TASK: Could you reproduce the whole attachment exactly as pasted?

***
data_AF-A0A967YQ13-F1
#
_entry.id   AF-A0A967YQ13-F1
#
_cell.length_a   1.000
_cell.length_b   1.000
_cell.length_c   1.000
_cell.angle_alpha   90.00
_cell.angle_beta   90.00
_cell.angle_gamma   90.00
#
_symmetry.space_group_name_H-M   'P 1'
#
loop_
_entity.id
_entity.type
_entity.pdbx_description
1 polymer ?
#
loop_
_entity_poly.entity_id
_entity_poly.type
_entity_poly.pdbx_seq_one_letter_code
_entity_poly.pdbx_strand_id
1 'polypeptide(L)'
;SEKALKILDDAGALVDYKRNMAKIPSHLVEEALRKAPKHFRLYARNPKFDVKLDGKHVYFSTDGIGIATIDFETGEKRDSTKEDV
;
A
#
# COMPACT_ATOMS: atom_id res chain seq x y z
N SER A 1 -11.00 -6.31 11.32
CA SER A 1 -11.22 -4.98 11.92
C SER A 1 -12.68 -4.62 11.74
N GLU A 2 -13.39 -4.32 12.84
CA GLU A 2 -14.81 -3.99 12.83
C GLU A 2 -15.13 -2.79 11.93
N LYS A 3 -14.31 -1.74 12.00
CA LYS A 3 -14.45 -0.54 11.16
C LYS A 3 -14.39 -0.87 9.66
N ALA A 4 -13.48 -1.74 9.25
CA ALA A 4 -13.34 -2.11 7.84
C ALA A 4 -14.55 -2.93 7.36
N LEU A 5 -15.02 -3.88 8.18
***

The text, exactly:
data_AF-A0A967YQ13-F1
#
_entry.id   AF-A0A967YQ13-F1
#
_cell.length_a   1.000
_cell.length_b   1.000
_cell.length_c   1.000
_cell.angle_alpha   90.00
_cell.angle_beta   90.00
_cell.angle_gamma   90.00
#
_symmetry.space_group_name_H-M   'P 1'
#
loop_
_entity.id
_entity.type
_entity.pdbx_description
1 polymer ?
#
loop_
_entity_poly.entity_id
_entity_poly.type
_entity_poly.pdbx_seq_one_letter_code
_entity_poly.pdbx_strand_id
1 'polypeptide(L)'
;SEKALKILDDAGALVDYKRNMAKIPSHLVEEALRKAPKHFRLYARNPKFDVKLDGKHVYFSTDGIGIATIDFETGEKRDSTKEDV
;
A
#
# COMPACT_ATOMS: atom_id res chain seq x y z
N SER A 1 -11.00 -6.31 11.32
CA SER A 1 -11.22 -4.98 11.92
C SER A 1 -12.68 -4.62 11.74
N GLU A 2 -13.39 -4.32 12.84
CA GLU A 2 -14.81 -3.99 12.83
C GLU A 2 -15.13 -2.79 11.93
N LYS A 3 -14.31 -1.74 12.00
CA LYS A 3 -14.45 -0.54 11.16
C LYS A 3 -14.39 -0.87 9.66
N ALA A 4 -13.48 -1.74 9.25
CA ALA A 4 -13.34 -2.11 7.84
C ALA A 4 -14.55 -2.93 7.36
N LEU A 5 -15.02 -3.88 8.18